On averages and risk or skewed business models 3

Last week after a great (even Magnificent) visit to the Magnificent Maps exhibition at the British Library with Gary Gale, Steve Kennedy and Giuseppe Sollazzo we sat out in the courtyard rabbiting about maps, mobiles and stuff.

GeoRabbiting at Magnificent Maps by Gary Gale

Steve was explaining to us how the broadband ISP’s who purchase capacity from BT and buy in bulk but on a volume used basis (GB or similar) and then resell to us consumers on an all you can eat basis for a monthly fee. Old style guys (like me) might imagine that you could lose money when you buy on a pay per use basis and sell on a flat monthly fee but the business model depends on the fact that most people do not hammer their connections so on average you make a margin on their business. But there is risk – what happens when there is a sudden change in the behaviour of your customers or at least some of them? Along comes BBC iPlayer and suddenly bandwidth is being hammered by a lot more users and all of a sudden the numbers don’t look so good for ISP’s let alone when you add in the other on demand services that are coming to market.

Another example of the law of averages was the early SMS based version of Twitter, they were actually paying the mobile operators a tiny fee for sending SMS messages to subscribers. You can see how that model was not going to scale well as their user numbers rocketed and usage also exploded even at tiny rates intensive users would become financial burdens.

My old company once made a deal with a customer whereby the customer got unlimited access to our service for an annual fee and we were in turn buying transactions from a SaaS supplier/provider in bulk. The deal was profitable at about 4 times their realistic volumes but it still left a chink of risk if usage suddenly exploded way beyond our expectations. I never felt completely comfortable with that exposure even though the deal was highly profitable.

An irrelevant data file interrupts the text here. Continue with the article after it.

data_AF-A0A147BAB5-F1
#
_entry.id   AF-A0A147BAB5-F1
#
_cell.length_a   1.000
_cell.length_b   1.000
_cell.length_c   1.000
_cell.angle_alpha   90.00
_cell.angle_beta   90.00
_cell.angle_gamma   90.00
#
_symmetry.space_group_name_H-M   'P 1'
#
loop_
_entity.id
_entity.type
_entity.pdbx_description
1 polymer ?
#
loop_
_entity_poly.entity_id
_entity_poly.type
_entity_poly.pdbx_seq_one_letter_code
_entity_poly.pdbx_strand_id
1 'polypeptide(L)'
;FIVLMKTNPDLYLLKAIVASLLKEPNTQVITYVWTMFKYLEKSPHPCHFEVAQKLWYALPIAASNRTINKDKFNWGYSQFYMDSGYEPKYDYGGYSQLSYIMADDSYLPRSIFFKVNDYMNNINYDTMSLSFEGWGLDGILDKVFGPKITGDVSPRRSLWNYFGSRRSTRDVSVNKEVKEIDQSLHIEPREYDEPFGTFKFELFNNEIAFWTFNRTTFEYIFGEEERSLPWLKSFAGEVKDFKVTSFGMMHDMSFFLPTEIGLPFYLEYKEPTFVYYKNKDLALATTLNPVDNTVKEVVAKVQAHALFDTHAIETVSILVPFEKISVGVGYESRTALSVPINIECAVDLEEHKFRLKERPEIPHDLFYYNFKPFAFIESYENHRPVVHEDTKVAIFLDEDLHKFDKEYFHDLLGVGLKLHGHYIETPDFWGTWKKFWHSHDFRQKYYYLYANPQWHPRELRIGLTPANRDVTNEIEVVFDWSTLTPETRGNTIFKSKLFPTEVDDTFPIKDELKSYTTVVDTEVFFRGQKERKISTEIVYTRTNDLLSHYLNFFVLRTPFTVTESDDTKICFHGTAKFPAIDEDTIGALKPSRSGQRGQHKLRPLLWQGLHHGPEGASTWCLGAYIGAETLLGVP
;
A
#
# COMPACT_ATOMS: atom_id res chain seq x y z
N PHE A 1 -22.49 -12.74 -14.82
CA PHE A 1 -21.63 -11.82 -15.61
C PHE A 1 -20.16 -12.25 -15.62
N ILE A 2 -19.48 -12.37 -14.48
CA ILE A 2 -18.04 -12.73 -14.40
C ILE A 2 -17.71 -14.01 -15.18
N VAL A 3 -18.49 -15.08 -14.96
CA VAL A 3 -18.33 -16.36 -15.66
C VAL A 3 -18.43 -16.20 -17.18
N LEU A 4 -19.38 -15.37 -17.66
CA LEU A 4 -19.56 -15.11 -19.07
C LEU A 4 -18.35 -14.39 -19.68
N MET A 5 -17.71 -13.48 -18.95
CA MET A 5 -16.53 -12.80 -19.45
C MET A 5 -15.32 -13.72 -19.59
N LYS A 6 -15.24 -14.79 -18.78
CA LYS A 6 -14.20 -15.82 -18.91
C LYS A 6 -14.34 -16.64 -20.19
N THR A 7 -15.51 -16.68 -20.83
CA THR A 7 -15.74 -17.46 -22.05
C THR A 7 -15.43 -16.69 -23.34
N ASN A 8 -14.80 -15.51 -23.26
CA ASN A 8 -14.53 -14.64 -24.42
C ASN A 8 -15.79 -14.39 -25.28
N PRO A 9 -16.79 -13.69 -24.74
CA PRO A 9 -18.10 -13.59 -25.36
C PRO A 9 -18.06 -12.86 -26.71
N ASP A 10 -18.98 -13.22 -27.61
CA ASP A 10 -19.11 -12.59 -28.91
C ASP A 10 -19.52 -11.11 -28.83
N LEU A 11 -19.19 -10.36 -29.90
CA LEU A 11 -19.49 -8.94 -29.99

In business we have to take risks but it helps to understand the scale of the risk and its potential to do your business serious harm.

3 thoughts on “On averages and risk or skewed business models

  • Giuseppe Sollazzo

    To go a step further, I reckon this is why all the ISPs add a “fair usage policy” in the small print [1] but then don’t enforce strictly these policies: they’re still outselling what’s available to them thanks to the law of averages, but I’m sure they would start enforcing the limit the day they realise users are massively getting over that limit (BBC iPlayer being possibly the first case in which we risked such a scenario).
    The difference I see in here is that for a small company or a start up is even more difficult to make calculations over fair usage policies, and to apply them in a way that doesn’t make potential users run away.

    [1] as far as I know, giffgaff still offers a ‘real’ unlimited data package, but I’m not sure they’ll keep on doing that

  • Ian Painter

    Interesting post, I think there’s going to be a lot less ‘eat all the can services’ and eventually a move towards acceptance of per transaction payment (even down at the micro payment level). That said I can’t see government taking this up model as they cannot fix expenditure. For now, I think the banded model will be used more and more. Salesforce takes a nice approach with its customer portal and lets you go 3 times over your allotted use. Do that 4 months in a row and they charge you 1.5 times for the additional use. I like the fact that you can ‘mis-behave’ a little 😉

  • Thierry_G

    If a risk feels comfortable it’s not a risk 😉

    Interesting post, it confirmed my suspicions and probably explains a thing or two about customer service… Where good customer service is important is still justifies a healthy premium in my view.

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